24. Earlier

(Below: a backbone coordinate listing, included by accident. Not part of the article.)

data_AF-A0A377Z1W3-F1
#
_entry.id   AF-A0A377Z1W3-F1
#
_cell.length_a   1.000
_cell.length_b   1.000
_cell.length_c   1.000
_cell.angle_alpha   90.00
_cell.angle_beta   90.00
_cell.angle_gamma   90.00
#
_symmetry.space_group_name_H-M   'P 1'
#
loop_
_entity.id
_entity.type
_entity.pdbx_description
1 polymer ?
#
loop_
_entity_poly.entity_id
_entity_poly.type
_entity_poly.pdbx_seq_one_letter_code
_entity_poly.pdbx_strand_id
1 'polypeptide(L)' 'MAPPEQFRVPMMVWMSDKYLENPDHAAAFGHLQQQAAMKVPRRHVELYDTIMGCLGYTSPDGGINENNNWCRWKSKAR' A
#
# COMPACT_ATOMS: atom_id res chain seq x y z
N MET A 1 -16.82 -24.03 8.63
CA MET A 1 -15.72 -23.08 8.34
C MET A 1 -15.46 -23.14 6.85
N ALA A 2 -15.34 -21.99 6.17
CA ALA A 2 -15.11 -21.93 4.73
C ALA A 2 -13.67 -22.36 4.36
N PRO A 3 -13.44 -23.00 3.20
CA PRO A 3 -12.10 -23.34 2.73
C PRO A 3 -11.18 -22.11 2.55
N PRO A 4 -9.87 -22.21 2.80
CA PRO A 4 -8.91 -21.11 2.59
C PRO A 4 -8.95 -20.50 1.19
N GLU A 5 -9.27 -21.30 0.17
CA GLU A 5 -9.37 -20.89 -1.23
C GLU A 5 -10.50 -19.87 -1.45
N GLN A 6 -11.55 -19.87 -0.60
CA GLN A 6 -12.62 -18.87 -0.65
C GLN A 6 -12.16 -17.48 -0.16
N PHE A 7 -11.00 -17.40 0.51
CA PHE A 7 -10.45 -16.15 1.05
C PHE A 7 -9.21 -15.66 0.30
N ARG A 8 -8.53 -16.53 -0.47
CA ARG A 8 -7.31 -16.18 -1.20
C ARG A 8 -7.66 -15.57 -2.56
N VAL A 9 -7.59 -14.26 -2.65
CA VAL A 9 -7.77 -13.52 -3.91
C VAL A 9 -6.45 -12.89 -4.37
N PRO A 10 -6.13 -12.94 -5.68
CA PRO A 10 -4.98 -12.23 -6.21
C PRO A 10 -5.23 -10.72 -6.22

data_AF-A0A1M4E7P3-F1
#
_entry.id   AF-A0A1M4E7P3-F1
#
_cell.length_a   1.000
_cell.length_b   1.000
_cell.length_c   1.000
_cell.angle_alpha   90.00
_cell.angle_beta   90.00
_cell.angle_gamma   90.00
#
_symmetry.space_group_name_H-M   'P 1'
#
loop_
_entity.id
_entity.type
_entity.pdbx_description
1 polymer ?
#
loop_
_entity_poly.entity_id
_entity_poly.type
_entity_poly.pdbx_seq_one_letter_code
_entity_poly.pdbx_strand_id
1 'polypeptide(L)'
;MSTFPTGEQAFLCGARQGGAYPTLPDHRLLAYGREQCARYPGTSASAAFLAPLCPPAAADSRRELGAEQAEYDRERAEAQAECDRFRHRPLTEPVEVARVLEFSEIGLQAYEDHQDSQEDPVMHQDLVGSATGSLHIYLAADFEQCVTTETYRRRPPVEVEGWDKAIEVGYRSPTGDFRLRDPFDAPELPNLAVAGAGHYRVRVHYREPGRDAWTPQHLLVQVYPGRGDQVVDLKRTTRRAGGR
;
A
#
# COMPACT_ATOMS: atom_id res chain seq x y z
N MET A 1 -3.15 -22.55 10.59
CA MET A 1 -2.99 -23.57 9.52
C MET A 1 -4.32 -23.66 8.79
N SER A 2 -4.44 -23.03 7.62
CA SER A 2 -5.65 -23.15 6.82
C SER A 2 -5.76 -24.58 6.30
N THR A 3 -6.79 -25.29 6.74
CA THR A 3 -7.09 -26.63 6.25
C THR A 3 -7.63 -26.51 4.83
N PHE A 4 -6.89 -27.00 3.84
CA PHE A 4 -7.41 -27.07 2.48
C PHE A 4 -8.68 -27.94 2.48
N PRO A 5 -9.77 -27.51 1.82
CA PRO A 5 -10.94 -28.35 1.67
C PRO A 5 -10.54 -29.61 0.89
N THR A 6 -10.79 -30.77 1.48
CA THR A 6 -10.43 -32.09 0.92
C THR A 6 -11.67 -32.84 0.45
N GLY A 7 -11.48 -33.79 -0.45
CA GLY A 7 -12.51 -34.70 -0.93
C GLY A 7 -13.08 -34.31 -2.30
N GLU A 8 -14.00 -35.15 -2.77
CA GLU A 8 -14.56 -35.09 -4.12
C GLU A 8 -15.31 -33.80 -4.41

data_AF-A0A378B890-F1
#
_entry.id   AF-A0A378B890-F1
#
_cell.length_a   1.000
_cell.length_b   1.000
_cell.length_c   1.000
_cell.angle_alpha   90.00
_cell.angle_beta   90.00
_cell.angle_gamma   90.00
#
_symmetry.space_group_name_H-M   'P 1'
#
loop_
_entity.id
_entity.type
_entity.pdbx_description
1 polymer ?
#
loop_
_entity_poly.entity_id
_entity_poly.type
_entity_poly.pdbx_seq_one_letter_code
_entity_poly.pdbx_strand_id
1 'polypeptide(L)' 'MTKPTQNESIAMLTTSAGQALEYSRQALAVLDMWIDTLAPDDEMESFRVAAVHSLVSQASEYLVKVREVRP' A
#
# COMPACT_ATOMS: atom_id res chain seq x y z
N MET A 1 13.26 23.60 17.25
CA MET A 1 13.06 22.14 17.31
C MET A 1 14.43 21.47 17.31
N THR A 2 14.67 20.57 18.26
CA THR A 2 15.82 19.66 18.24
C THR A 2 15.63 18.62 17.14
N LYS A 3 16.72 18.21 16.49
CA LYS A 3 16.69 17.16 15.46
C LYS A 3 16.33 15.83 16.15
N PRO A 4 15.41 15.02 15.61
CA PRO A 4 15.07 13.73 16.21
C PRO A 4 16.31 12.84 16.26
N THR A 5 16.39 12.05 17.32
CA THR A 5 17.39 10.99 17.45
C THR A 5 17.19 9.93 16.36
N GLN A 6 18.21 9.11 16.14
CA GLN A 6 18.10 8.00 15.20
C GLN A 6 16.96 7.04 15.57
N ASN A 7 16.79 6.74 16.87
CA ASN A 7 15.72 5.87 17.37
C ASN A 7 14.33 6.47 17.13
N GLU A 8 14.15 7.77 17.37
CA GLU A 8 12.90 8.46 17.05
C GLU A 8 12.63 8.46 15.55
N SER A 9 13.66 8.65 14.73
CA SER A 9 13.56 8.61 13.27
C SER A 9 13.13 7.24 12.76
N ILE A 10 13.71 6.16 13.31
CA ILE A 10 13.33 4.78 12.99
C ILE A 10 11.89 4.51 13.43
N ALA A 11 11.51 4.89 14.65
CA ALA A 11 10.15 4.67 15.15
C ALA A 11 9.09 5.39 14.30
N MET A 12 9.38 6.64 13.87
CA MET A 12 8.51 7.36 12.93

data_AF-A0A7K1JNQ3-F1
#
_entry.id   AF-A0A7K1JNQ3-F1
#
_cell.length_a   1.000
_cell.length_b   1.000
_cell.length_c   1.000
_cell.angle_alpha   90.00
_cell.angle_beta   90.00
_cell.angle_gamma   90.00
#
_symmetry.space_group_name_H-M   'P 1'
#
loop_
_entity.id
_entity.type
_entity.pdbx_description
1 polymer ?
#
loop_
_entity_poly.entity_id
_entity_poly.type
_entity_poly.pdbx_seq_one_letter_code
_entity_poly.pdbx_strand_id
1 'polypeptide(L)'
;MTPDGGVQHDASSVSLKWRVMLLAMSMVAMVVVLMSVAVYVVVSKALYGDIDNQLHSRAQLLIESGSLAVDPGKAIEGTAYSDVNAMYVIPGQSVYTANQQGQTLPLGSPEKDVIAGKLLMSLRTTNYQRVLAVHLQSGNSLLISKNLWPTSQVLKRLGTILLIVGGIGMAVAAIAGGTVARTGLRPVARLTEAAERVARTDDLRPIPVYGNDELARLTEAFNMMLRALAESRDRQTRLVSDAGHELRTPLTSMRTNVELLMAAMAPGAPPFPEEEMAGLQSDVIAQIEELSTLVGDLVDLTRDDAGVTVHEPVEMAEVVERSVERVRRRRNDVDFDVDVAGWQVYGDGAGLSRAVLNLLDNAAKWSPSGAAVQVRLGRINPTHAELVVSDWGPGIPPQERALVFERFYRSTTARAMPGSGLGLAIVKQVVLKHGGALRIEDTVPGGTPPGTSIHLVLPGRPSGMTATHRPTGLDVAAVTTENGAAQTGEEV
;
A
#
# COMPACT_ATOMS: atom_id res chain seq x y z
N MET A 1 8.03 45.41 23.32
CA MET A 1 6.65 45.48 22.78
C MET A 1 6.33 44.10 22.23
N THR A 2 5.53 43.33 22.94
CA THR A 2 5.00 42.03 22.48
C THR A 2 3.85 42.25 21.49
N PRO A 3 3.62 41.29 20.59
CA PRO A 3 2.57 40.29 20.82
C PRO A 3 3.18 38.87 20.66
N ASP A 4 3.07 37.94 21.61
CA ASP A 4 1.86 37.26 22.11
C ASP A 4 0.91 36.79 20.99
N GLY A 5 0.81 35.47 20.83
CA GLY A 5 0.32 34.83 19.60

25. Oh, and if you have lots of money that is doing nothing except cause inflation, you should be able to loan money to other players. You can negotiate about percentages (usury) and repayment terms. Not paying loans back can be grounds for war, etc. Money should also be able to be used to rebuild locations destroyed by rebels and plundering. It could be to add resources, like pastures, to territories that don't have them. It can be used to bribe marshals and ministers, or governors of cities, while being found out bribing or trying to bribe them could be used as grounds for a war against you. Do more with money than just have it sit there, especially after you have built everything you want / need to build.